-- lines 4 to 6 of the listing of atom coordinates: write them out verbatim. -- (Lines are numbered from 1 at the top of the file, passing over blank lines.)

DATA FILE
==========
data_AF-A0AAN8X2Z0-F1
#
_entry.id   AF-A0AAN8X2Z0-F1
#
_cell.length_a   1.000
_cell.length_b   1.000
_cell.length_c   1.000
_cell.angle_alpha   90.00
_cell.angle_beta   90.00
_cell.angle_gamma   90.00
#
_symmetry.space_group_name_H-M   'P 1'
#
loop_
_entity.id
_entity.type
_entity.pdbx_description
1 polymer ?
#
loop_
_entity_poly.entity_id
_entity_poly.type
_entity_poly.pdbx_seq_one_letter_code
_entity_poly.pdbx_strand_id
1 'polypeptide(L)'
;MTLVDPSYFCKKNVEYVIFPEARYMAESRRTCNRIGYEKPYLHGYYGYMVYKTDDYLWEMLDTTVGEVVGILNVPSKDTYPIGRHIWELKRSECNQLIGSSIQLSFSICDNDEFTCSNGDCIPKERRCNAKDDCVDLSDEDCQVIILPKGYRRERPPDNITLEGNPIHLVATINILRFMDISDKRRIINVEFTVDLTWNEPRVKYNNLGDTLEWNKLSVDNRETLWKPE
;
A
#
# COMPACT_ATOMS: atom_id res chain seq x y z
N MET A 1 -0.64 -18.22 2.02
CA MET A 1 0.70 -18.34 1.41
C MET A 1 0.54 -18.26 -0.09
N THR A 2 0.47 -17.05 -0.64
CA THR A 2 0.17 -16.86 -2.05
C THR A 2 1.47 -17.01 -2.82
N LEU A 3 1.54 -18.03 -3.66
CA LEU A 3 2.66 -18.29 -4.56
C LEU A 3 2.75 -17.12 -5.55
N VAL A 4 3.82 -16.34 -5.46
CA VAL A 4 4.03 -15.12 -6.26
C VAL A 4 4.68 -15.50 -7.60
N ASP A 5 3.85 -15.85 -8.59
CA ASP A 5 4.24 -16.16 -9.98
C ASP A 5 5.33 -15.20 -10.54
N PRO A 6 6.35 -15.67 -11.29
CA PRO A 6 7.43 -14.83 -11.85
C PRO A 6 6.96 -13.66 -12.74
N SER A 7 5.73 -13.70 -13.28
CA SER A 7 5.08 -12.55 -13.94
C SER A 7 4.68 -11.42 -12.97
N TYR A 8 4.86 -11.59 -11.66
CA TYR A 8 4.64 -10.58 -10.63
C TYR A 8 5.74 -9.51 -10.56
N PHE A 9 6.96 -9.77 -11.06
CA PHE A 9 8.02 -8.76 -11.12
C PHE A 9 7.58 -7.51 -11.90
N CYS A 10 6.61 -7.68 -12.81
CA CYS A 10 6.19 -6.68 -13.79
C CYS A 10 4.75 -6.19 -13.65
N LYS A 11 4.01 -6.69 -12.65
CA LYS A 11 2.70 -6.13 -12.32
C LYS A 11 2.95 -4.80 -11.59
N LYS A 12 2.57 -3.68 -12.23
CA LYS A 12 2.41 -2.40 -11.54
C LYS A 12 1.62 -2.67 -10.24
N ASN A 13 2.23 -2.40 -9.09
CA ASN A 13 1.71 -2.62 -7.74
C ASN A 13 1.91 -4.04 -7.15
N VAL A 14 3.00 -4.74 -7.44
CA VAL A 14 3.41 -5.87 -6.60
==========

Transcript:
#
_cell.length_a   1.000
_cell.length_b   1.000